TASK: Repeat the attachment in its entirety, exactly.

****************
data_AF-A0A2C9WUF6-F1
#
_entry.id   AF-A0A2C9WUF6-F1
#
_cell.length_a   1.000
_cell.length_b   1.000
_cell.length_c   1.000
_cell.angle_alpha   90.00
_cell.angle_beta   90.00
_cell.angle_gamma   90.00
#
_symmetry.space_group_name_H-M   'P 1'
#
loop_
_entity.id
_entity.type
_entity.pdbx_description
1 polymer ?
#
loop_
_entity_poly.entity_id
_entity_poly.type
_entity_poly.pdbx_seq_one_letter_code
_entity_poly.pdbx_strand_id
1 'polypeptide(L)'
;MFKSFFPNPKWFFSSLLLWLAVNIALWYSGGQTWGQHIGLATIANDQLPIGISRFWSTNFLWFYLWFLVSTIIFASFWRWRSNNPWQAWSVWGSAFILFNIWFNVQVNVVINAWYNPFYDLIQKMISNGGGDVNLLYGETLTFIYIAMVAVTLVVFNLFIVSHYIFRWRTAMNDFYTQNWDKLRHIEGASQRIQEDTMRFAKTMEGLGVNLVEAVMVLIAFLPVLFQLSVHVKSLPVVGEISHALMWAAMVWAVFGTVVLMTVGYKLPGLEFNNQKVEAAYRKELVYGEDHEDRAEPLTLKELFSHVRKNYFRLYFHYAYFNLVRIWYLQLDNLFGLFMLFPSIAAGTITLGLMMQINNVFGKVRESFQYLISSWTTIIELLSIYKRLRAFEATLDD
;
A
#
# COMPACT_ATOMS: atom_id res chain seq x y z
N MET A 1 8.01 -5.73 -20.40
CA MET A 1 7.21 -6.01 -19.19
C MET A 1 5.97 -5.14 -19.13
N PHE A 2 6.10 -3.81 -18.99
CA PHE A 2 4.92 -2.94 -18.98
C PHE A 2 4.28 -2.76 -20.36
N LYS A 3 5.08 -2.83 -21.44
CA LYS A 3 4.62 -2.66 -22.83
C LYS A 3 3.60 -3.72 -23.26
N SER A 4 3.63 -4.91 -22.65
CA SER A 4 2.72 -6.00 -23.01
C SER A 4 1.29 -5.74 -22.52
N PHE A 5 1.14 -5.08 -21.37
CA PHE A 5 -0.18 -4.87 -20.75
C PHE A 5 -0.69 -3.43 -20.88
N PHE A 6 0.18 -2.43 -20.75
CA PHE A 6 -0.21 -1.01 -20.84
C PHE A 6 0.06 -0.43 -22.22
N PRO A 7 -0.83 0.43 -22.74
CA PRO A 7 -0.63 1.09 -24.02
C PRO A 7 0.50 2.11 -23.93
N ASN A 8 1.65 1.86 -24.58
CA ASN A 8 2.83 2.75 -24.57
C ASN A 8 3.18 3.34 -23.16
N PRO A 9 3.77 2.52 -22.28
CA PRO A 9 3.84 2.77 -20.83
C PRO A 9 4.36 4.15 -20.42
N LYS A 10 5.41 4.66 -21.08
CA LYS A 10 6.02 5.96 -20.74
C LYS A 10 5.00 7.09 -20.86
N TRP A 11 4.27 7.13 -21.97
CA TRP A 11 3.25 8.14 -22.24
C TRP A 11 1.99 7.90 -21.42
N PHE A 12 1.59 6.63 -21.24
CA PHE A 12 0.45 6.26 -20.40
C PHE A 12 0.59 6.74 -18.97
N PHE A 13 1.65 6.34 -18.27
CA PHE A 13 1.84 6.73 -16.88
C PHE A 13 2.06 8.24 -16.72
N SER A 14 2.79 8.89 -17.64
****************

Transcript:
data_AF-A0A2C9WUF6-F1
#
_entry.id   AF-A0A2C9WUF6-F1
#
_cell.length_a   1.000
_cell.length_b   1.000
_cell.length_c   1.000
_cell.angle_alpha   90.00
_cell.angle_beta   90.00
_cell.angle_gamma   90.00
#
_symmetry.space_group_name_H-M   'P 1'
#
loop_
_entity.id
_entity.type
_entity.pdbx_description
1 polymer ?
#
loop_
_entity_poly.entity_id
_entity_poly.type
_entity_poly.pdbx_seq_one_letter_code
_entity_poly.pdbx_strand_id
1 'polypeptide(L)'
;MFKSFFPNPKWFFSSLLLWLAVNIALWYSGGQTWGQHIGLATIANDQLPIGISRFWSTNFLWFYLWFLVSTIIFASFWRWRSNNPWQAWSVWGSAFILFNIWFNVQVNVVINAWYNPFYDLIQKMISNGGGDVNLLYGETLTFIYIAMVAVTLVVFNLFIVSHYIFRWRTAMNDFYTQNWDKLRHIEGASQRIQEDTMRFAKTMEGLGVNLVEAVMVLIAFLPVLFQLSVHVKSLPVVGEISHALMWAAMVWAVFGTVVLMTVGYKLPGLEFNNQKVEAAYRKELVYGEDHEDRAEPLTLKELFSHVRKNYFRLYFHYAYFNLVRIWYLQLDNLFGLFMLFPSIAAGTITLGLMMQINNVFGKVRESFQYLISSWTTIIELLSIYKRLRAFEATLDD
;
A
#
# COMPACT_ATOMS: atom_id res chain seq x y z
N MET A 1 8.01 -5.73 -20.40
CA MET A 1 7.21 -6.01 -19.19
C MET A 1 5.97 -5.14 -19.13
N PHE A 2 6.10 -3.81 -18.99
CA PHE A 2 4.92 -2.94 -18.98
C PHE A 2 4.28 -2.76 -20.36
N LYS A 3 5.08 -2.83 -21.44
CA LYS A 3 4.62 -2.66 -22.83
C LYS A 3 3.60 -3.72 -23.26
N SER A 4 3.63 -4.91 -22.65
CA SER A 4 2.72 -6.00 -23.01
C SER A 4 1.29 -5.74 -22.52
N PHE A 5 1.14 -5.08 -21.37
CA PHE A 5 -0.18 -4.87 -20.75
C PHE A 5 -0.69 -3.43 -20.88
N PHE A 6 0.18 -2.43 -20.75
CA PHE A 6 -0.21 -1.01 -20.84
C PHE A 6 0.06 -0.43 -22.22
N PRO A 7 -0.83 0.43 -22.74
CA PRO A 7 -0.63 1.09 -24.02
C PRO A 7 0.50 2.11 -23.93
N ASN A 8 1.65 1.86 -24.58
CA ASN A 8 2.83 2.75 -24.57
C ASN A 8 3.18 3.34 -23.16
N PRO A 9 3.77 2.52 -22.28
CA PRO A 9 3.84 2.77 -20.83
C PRO A 9 4.36 4.15 -20.42
N LYS A 10 5.41 4.66 -21.08
CA LYS A 10 6.02 5.96 -20.74
C LYS A 10 5.00 7.09 -20.86
N TRP A 11 4.27 7.13 -21.97
CA TRP A 11 3.25 8.14 -22.24
C TRP A 11 1.99 7.90 -21.42
N PHE A 12 1.59 6.63 -21.24
CA PHE A 12 0.45 6.26 -20.40
C PHE A 12 0.59 6.74 -18.97
N PHE A 13 1.65 6.34 -18.27
CA PHE A 13 1.84 6.73 -16.88
C PHE A 13 2.06 8.24 -16.72
N SER A 14 2.79 8.89 -17.64